Sulfo Halite cluster
Sulfo Halite cluster from the Blow Hole field trip
Hanksite from Searles Valley
Hanksite cluster, with no contact points (completely euhedral) from the Mud field trip
Peach Hanksite cluster
Peach-colored Hanksite cluster from the Blow Hole trip; Hanksite is normally green.
Hanksite barrel crystal
Hanksite barrel crystal from the Mud Field Trip
Hanksite contact twin
Hanksite barrel with contact twin
Sulfo Halites
Some of the nicer Sulfo Halites I found.
Sulfo Halite UV
Sulfo Halite crystals are fluorescent under UV light. I took this with an open exposure with a cheapo LED UV flashlight.
Beautiful Hanksite cluster
Beautiful Hanksite cluster from the mud dig
Notice the phantom in the right crystal of this Sulfo halite cluster found at the Blow Hole field trip.
Nice Sulfo Halite crystal with sidecars.
Nice Sulfo Halite crystal with sidecars.
Hanksite under UV light
Here is my best find, Hanksite cluster from the mud trip under UV light. The centers of the crystals were really fluorescent. About 9 inches wide. Picture taken at f1.8, 50mm, 1 second exposure with a LED flashlight providing the UV.

The Sunday morning halite field trip was a bit less eventful than prior years.  It appeared that the lake had a recent significant rainfall and much of the pink halite crystals were dissolved.  We did find some green and peach colored halite, but not the pink clusters like in years past.  Rumor had it that the Friday afternoon dealer’s field trip was produced amazing specimens, so expect a ton of good stuff on the market this year!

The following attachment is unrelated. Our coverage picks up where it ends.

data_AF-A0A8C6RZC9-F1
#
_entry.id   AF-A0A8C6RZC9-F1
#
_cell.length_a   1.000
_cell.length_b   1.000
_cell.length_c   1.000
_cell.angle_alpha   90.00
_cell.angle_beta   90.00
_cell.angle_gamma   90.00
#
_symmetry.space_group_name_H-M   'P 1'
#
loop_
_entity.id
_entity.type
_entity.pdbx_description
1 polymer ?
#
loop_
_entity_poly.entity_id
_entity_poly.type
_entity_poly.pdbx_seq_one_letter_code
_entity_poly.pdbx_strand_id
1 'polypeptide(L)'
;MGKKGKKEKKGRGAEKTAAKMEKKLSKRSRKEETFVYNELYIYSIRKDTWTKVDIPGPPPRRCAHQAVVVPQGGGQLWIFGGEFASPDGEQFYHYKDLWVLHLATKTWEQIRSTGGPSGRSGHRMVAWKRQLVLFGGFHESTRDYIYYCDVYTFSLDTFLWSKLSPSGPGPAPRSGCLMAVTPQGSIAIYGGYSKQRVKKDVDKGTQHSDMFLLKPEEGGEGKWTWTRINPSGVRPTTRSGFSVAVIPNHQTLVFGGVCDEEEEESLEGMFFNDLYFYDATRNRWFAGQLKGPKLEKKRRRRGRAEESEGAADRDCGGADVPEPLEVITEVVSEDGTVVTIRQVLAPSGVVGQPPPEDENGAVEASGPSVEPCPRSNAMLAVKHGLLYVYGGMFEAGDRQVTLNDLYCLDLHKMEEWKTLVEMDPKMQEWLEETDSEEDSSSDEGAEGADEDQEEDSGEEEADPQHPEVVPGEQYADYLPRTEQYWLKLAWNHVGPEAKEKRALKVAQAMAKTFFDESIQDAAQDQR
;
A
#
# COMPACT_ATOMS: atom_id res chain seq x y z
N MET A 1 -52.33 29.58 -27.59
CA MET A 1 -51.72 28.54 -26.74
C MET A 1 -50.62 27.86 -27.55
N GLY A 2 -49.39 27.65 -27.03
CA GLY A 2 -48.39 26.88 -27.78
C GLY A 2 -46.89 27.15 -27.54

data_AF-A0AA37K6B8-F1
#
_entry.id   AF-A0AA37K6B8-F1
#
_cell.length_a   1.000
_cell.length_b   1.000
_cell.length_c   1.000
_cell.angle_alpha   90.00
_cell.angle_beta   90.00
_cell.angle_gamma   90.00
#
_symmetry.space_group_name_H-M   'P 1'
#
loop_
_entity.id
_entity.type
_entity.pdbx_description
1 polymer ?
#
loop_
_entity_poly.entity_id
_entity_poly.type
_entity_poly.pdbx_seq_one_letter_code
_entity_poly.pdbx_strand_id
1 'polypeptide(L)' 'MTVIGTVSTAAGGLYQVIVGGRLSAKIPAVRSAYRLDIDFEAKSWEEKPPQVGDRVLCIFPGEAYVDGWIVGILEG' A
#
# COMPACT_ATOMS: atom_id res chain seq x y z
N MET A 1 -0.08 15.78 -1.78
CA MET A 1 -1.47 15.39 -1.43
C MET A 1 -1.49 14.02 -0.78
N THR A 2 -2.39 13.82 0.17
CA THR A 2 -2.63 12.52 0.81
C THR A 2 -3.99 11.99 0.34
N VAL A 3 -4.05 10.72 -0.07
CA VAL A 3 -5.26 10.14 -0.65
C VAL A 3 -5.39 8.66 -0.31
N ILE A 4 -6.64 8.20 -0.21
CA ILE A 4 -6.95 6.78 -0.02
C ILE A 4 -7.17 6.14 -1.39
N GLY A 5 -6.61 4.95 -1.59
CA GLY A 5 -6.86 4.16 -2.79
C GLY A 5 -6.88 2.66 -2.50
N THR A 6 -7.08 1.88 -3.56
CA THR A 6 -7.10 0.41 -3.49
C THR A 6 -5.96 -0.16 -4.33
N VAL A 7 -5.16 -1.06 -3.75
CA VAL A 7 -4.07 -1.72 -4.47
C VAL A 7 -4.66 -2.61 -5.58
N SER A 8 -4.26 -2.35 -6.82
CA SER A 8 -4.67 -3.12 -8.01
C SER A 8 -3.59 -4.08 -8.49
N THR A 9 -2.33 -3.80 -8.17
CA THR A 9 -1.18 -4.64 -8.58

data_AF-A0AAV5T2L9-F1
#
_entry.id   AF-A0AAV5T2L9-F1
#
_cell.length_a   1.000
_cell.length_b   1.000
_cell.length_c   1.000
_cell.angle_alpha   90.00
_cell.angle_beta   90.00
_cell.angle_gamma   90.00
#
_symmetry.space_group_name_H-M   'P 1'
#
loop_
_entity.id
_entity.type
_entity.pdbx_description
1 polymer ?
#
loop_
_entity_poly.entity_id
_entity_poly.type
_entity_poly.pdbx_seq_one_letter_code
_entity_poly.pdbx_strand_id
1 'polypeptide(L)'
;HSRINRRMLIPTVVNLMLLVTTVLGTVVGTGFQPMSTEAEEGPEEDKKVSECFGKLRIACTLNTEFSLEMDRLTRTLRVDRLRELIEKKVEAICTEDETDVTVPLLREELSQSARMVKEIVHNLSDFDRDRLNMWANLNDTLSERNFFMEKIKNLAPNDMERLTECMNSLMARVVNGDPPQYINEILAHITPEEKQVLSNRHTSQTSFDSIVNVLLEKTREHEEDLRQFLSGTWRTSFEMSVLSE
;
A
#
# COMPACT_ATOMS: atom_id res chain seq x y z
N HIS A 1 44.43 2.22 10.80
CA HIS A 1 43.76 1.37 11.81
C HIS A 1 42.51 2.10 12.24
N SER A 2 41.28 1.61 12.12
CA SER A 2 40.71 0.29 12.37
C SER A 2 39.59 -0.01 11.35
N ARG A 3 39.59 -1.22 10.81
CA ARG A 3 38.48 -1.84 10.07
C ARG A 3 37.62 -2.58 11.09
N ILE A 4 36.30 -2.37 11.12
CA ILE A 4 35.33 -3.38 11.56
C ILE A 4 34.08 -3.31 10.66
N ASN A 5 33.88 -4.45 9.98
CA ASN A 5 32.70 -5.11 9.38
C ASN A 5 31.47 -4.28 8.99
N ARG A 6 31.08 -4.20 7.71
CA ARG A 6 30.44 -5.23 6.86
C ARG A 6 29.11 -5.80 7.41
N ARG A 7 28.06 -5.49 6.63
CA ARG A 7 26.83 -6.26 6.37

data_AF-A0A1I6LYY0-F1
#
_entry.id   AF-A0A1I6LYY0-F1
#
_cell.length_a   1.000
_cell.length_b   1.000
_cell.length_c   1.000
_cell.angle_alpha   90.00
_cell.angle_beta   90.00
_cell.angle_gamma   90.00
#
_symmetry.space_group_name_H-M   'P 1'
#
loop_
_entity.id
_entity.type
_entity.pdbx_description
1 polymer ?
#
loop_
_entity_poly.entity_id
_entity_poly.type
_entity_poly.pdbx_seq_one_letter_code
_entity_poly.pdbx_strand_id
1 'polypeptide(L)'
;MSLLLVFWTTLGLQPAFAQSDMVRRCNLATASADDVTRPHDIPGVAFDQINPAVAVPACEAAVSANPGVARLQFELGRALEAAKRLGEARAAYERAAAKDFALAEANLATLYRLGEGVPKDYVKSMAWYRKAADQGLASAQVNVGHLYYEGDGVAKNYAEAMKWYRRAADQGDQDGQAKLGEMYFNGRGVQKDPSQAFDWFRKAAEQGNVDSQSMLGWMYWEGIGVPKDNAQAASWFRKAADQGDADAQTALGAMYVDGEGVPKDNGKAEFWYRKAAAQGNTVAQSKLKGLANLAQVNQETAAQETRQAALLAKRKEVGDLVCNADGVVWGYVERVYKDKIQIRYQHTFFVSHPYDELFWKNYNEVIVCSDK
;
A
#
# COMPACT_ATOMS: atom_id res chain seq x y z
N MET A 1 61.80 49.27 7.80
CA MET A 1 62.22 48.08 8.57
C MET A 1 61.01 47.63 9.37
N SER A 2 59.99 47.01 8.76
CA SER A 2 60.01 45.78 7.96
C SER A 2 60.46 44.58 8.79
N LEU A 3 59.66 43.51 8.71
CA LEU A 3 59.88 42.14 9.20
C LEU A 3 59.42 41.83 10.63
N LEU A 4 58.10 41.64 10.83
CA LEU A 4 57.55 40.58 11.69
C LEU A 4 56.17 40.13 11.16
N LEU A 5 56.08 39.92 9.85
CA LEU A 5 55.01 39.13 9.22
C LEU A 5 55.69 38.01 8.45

After washing up the tools in Trona, we headed out to visit another ghost town of Harrisburg in Death Valley and then our destination was St George.  The final leg home took all day but was fun listening to synth-pop and sharing stories of crystal pockets and adventures!

Love the tile on the entry step!

Harrisburg mining camp
Old mining vehicle
They don’t make cars like they used to!
Mine
Looking in the mine.
water pipe
Water pipe coming from an adit to the mine
Rails and adit left to the elements!

If you care to read more about the Geology of the area, here is a great article.